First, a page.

Food garden planting day with Puget Sound American Indians

Photos and text copyright National Lilac Publishing, LLC

     American Indians (as they prefer to be called) of the Puget Sound area in the Pacific Northwest had so many wild food sources from the vast forests, seashores and the sea itself, that they didn’t need to develop much agriculture as compared to those of other North American locations.

A tribal cutie hanging out with us as we plant the food garden

     However, along with the forests, there were some natural sunny prairies and meadows where wild camas grew. The edible camas species, such as the blue camas, provided an onion-like tuber. Not tasty nor easily digestible raw, they would bake them in earthen ovens until the indigestible parts turned to fructose, and the resulting baked vegetable was not only relished, but was a very important food staple. However, they also often grew amidst death camas, which have been know to kill full grown cattle when grazed on. It can be hard to distinguish the blue and death camas tubers, but their flowers are different.

     So, women would weed the prairies and meadows of death camas while they were in bloom and they could tell them apart. Then later in the season when the flowers were gone and the tubers were at their best, they could be assured they were gathering the safe tubors. In that sense, they were weeding as we do in agriculture. Also, to keep wild bushes and larger forest plants from encroaching, they would manage prescribed fires in the fields to burn away unwanted plants and maintain conditions the camas loved. A way of clearing wild ground for a chosen food crop as is done in agriculture -- although far, far more in tune with nature than what much of agriculture has devolved into.

Stepping and sitting lightly for planting, avoiding heavy equipment on the crumbly garden soil.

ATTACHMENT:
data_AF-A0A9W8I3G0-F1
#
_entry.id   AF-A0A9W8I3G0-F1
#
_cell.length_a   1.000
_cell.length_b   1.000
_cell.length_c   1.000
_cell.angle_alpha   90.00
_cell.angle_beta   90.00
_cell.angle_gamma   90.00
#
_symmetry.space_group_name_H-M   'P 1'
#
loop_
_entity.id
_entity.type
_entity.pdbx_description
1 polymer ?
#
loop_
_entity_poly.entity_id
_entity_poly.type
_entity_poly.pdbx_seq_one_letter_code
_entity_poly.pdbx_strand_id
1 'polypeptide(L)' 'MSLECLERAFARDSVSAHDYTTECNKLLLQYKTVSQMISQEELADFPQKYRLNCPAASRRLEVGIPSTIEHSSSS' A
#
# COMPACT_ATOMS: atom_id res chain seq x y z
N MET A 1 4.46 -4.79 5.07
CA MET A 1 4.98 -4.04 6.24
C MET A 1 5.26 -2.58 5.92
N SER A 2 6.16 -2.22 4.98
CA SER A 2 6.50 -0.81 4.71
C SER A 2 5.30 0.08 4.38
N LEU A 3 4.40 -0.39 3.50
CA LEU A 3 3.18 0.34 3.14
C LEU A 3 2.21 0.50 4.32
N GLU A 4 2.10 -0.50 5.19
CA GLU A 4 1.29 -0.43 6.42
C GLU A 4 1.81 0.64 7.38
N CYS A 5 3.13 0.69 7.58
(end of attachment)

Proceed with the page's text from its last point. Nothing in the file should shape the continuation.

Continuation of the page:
Today, some of the Samish Nation people living on Fidalgo Island in Washington State have leap-frogged destructive agriculture that came after beautiful camas fields were plowed, and now embrace raised bed gardening as a way to sustainably produce plant food.

Planting alliums

     On Earth Day, they invited people outside their tribe to join their people for a work party, dance, storytelling, and a celebration feast. The work parties included restoring native shoreline plants, and building and planting this raised bed garden. We planted alliums and other veggie starts.

Raised bed food garden in foreground showing recently planted wide rows of alliums. In background, people are planting native plants along the shore. This land is on an island. Across the water is the mainland of Washington State and a small town fishing & tourist village. That land is also owned by and leased out (never sold) by this same American Indian tribe.

     I was told for various reasons this gathering is at least temporarily on hold. But it was great to be part of the leadership of American Indians for earth and even small-scale ag regeneration as well as bridge building between the cultures. One of the lead storytellers acknowledged those of European descent in the audience, saying that they honor our ancestors also, we’re they’re brothers and sisters, and that all ethnicities have histories of suffering at the hands of others. It made my heart open right up.


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